Amoeba has killed in DeSoto Parish before - KSLA News 12 Shreveport, Louisiana News Weather & Sports

Amoeba has killed in DeSoto Parish before

Posted: Updated: Oct 24, 2013 05:10 PM
Will Matthews, died after wakeboarding in Cross Lake. His family says he was infected with the deadly brain-eating N. Fowleri bacteria. (Source: Tyree Matthews) Will Matthews, died after wakeboarding in Cross Lake. His family says he was infected with the deadly brain-eating N. Fowleri bacteria. (Source: Tyree Matthews)
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DESOTO PARISH, LA (KSLA) -

Health officials say the deadly brain-eating amoeba Naegleria Fowleri is rare, but it's killed before in DeSoto Parish.

It's the same amoeba that caused the August death of a child in south Louisiana, and according to the Louisiana Department of Health and hospitals, it has been found in five locations in the DeSoto Parish Waterworks District No. 1, which is one of 14 water systems in the parish.

The Naegleria Fowler amoeba can cause death within 1 to 12 days from infection, according to the LA DHH. As for how it might have gotten into the water system, "Our working theory is that it would have to have been something after it has been treated at the plant," says J.C. Lane, the Assistant Secretary for Health with the DHH.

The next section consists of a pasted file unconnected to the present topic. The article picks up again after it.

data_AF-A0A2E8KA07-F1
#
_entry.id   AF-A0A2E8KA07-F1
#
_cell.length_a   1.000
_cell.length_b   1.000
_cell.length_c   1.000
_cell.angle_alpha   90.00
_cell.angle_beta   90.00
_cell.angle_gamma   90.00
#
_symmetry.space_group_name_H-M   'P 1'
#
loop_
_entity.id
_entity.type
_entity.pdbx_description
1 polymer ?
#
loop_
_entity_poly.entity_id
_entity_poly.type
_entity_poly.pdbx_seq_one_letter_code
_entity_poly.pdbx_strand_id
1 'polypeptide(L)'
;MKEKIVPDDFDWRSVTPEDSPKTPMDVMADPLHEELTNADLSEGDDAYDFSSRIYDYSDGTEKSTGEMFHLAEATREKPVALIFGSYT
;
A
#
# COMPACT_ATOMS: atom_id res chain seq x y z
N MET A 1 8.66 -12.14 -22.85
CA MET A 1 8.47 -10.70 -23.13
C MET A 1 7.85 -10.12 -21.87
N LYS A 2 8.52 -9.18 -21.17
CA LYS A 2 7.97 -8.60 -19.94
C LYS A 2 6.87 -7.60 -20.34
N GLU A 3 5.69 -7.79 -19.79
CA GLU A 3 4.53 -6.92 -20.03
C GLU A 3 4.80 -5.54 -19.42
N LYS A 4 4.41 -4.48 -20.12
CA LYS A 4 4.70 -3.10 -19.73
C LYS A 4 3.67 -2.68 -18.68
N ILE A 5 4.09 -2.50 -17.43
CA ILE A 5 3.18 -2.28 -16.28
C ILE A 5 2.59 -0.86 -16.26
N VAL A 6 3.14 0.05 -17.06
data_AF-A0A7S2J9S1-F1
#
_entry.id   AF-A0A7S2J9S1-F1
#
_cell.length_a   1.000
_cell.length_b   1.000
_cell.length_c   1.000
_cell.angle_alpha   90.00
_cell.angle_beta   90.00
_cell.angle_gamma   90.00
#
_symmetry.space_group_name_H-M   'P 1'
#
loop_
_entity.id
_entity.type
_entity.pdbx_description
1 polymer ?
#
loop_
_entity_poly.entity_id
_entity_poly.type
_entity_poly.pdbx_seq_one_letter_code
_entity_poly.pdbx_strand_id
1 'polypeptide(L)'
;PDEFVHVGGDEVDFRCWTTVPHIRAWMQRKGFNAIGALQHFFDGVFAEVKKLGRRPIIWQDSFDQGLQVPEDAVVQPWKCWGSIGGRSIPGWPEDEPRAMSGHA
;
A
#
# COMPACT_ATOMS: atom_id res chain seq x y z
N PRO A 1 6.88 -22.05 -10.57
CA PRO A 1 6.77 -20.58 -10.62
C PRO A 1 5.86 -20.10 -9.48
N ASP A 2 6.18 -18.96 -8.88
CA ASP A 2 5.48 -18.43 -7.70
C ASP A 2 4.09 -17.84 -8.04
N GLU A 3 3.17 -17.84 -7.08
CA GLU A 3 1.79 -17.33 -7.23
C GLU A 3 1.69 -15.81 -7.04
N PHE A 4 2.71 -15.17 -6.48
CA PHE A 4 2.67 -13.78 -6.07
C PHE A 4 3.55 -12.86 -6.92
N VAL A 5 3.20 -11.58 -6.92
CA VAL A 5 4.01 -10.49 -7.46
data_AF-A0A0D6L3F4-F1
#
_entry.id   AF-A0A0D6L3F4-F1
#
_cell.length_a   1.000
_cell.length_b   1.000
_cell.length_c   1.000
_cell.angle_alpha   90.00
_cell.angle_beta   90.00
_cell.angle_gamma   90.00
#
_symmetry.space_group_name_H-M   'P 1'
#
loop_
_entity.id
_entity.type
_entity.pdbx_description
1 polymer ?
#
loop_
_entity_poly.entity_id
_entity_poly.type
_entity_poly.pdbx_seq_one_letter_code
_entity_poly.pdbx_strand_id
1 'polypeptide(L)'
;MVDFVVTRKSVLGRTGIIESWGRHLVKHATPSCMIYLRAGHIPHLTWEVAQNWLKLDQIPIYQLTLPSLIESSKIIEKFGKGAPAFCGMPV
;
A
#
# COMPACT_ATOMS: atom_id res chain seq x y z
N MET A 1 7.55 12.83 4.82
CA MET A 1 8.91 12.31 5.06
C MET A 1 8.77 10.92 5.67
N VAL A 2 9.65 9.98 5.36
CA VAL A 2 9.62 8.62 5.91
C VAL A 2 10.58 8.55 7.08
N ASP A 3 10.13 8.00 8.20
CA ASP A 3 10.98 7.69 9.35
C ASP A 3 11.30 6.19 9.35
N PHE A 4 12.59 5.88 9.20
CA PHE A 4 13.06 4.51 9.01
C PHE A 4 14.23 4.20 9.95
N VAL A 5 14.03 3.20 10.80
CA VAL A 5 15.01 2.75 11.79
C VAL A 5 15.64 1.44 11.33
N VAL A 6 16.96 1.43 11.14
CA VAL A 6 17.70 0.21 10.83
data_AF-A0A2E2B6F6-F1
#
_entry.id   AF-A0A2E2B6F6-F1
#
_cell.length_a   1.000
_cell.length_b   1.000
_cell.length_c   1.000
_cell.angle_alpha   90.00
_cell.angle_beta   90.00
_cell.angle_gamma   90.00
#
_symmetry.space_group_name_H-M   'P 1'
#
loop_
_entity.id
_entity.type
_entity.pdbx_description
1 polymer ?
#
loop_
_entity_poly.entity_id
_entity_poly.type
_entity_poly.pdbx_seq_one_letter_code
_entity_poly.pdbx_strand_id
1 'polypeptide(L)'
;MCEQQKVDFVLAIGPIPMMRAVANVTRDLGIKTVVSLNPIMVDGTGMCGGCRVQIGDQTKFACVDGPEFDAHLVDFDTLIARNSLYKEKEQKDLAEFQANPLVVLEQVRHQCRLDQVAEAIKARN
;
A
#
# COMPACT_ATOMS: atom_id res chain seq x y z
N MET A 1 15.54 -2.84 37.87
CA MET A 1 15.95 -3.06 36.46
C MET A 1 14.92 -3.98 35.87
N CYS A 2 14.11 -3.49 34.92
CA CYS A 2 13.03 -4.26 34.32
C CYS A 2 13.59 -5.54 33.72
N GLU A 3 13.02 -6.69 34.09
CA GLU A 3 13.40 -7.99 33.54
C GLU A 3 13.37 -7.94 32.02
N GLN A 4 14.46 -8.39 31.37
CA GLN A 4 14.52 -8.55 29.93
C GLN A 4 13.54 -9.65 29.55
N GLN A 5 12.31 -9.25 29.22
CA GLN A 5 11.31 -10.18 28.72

It's not the first time the amoeba has been found in the very same water system. "2 years ago, my husband's aunt, Dianne, used a netti pot and she used tap water in her netti pot," says Elizabeth Pickett. "She was at home and she lives in Desoto Parish in Water District 1."

Her aunt's kitchen sink and water heater tested positive for the amoeba. The autopsy showed that amoeba was the cause of her death. "She had a really bad headache, she was vomiting, and it just continued to get worse until they took her and immediately put her into ICU," Pickett says.

Those symptoms exactly mimic the ones a 14-year-old Shreveport boy died from after wake boarding in Cross Lake in 2010. "Exactly a week later, he started complaining of a head ache," recalls Will Matthews' mother, Tyree. "Tuesday morning he woke up and was vomiting. Within about 30 minutes of waiting at the emergency room, he was already confused, didn't know his name, it was Sunday to Sunday, 7 days."

The Matthews say the amoeba isn't as rare as the CDC and DHH claim. That is because the government is not counting deaths like Will's. "They are going by doctors documented cases, well the problem is is that you've got these undocumented cases, where we know, without shadow of a doubt that's what he had," Matthews says.

Topping the list of safety precautions suggested by health officials: Remember to keep your head above water. The amoeba gets to the brain through the nose. Do not get the water in your nose. The DHH says the water is safe to drink.

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